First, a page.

- There is glory in the cross. He is not the victim there, but the Victor.
- Here, then, is a fundamental principle of Bible study: we reflect first on what the words communicated to those who heard them; then we work out, with the help of the Spirit, how they apply to us.
- This is an amazing promise. The disciples fear that if Jesus leaves them, their relationship with Him will come to an end. But the reverse is the case. When He leaves and the Spirit comes, they will mutually indwell each other.
- This—our union with Christ—is the heartbeat of the Christian life, and here, in John 15, Jesus is helping His disciples to understand what it means.
- To have the Holy Spirit indwelling us is the equivalent of having Jesus Himself indwelling us.
- The Word of Christ is the instrument of Christ, used by the Spirit of Christ, to nurture union with Christ and to transform us into the image of Christ.
- Growth in holiness involves our doing what God’s Word tells us. But more fundamental than our doing God’s Word is what God’s Word is doing to us!
- When the gospel bears fruit, there will always be opposition to its fruitfulness.
- He cleansed His disciples’ feet by pouring water over them; He cleansed their lives by pouring His word into them
- Through what the Spirit enabled them to write, He would continue to illumine darkened minds to recognize the face of Christ revealed in His written Word and enable deaf ears to hear His voice and come to trust in Him.
- Jesus is teaching His disciples that suffering becomes the raw materials in the Father’s hands, and from it He means to create glory. Sorrow will lead to joy.
- We are of eternal value to the Lord Jesus. Not because of our inherent worth—for we have none now—but because we are the Father’s love-gift to Him.
- Study, Savor and Share Scripture: Becoming What We Behold. My wife Tammy has published a book about HOW to study the Bible. The book is available on Amazon in both a Kindle and paperback edition. She writes “Maybe you’ve read the Bible but want to dig deeper and know God and know yourself better. Throughout the book I use the analogy of making a quilt to show how the Bible is telling one big story about what God is doing in the world through Christ. Quilting takes much patience and precision, just like studying the Bible, but the end result is well worth it.”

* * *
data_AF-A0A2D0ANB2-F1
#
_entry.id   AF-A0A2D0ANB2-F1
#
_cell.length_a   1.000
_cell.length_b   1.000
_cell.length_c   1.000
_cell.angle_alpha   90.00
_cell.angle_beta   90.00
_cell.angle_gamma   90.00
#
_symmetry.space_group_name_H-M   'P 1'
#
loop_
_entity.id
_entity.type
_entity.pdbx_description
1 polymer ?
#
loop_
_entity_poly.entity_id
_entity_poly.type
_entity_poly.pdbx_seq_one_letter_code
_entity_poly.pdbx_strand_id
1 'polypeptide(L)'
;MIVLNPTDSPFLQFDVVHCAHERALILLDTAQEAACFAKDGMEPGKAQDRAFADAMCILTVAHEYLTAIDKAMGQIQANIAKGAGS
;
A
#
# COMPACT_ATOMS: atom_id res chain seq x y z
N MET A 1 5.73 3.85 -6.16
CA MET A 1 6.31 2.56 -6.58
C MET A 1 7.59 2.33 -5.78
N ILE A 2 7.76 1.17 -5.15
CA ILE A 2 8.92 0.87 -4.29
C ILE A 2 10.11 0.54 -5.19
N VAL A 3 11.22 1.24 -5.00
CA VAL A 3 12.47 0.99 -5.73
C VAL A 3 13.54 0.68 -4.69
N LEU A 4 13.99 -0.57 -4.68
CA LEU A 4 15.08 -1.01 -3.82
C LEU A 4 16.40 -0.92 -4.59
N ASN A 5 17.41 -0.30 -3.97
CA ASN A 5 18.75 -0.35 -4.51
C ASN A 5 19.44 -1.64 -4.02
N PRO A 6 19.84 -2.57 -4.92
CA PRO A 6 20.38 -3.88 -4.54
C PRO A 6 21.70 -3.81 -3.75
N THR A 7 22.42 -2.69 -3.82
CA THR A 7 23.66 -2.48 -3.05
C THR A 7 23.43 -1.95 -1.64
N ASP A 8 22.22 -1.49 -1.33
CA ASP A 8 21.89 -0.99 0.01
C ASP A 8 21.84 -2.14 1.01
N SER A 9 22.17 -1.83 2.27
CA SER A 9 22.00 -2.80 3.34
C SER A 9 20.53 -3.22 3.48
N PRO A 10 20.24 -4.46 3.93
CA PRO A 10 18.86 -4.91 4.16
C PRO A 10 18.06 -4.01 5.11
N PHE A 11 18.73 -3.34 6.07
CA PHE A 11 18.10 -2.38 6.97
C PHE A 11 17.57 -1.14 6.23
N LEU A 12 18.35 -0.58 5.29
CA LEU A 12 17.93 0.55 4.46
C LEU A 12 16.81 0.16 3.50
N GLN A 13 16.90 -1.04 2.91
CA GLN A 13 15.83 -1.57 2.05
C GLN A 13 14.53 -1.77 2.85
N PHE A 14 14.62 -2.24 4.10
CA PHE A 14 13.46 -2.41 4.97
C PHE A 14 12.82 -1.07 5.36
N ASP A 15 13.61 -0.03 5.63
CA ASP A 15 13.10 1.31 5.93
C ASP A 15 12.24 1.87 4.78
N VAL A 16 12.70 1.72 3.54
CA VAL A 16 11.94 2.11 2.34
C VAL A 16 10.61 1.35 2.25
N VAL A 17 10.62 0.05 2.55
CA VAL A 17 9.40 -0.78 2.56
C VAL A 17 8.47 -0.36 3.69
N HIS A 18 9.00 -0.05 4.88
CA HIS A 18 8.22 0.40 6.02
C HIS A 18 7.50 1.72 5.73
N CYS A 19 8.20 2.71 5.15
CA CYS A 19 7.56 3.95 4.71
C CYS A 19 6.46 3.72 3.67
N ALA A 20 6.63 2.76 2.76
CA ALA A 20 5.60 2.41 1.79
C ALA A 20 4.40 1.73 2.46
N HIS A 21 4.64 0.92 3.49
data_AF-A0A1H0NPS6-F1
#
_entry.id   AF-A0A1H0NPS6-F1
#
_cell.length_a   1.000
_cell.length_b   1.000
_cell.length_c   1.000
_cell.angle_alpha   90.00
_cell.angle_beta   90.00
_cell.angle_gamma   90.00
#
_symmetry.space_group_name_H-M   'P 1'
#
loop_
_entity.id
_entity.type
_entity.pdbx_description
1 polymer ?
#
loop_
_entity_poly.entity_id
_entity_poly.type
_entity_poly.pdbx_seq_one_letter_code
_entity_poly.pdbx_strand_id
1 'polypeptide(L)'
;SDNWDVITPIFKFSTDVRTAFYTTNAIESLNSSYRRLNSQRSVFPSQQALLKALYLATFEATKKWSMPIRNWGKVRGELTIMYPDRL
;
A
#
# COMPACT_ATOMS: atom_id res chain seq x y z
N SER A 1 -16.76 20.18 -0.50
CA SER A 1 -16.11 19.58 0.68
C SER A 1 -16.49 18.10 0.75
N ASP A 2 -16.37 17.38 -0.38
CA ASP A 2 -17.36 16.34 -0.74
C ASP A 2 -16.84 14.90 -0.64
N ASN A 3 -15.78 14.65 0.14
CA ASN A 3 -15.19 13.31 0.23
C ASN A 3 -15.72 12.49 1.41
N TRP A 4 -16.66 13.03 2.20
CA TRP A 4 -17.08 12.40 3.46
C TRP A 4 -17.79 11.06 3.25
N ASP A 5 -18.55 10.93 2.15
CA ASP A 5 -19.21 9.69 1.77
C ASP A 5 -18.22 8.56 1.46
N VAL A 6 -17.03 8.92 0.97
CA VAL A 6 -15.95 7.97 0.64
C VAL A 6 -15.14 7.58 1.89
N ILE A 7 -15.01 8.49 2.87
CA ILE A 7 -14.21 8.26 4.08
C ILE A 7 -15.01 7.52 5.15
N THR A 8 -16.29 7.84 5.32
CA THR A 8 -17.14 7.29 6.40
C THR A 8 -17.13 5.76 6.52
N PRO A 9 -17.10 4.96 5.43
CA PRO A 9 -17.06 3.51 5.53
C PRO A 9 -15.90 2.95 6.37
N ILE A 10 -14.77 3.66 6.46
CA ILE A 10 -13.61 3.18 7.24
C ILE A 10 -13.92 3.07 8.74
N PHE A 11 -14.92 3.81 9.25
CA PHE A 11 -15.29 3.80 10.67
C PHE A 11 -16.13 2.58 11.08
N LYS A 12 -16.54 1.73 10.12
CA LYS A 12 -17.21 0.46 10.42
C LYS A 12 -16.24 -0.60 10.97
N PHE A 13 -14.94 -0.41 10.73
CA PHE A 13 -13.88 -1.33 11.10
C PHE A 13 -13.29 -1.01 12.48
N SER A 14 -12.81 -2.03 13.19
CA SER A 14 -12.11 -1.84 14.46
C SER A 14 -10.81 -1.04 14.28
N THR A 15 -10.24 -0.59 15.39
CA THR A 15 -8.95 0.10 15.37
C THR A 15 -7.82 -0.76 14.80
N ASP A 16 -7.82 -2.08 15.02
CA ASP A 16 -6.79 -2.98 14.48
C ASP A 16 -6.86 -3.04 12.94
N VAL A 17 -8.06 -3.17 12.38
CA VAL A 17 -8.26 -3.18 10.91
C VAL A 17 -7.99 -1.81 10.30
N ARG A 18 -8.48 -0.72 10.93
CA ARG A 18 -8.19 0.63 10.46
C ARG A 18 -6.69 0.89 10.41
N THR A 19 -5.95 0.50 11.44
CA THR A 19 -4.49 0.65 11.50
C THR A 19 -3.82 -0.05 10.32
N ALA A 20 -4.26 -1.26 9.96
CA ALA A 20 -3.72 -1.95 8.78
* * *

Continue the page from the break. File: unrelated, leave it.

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The providence of God is his purposeful sovereignty by which he will be completely successful in the achievement of his ultimate goal for the universe. God’s providence carries his plans into action, guides all things toward his ultimate goal, and leads to the final consummation.
John Piper draws on a lifetime of theological reflection, biblical study, and practical ministry to lead readers on a stunning tour of the sightings of God’s providence—from Genesis to Revelation—to discover the all-encompassing reality of God’s purposeful sovereignty over all of creation and all of history.
Exploring the goal, nature, and extent of God’s purposes for the world, Piper offers an invitation to know the God who holds all things in his hands yet remains intimately involved in the lives of his people.
You can download the PDF of the book free from Desiring God.
Watch this six-minute video as John Piper talks about the book, and this interview with Dr. Joe Rigney of Bethlehem College & Seminary.
This week we look at Chapter 33: A Wickedness God Especially Abhorred. Here are a few quotes from the chapter:
- Throughout Scripture, God regularly expresses how fitting it is that punishments correspond to crimes not only in severity but also in kind.
- When I consider the final display of God’s justice at the day of judgment, I see God exercising a standard of judgment that opens the door for infants who die in this world to be saved from condemnation.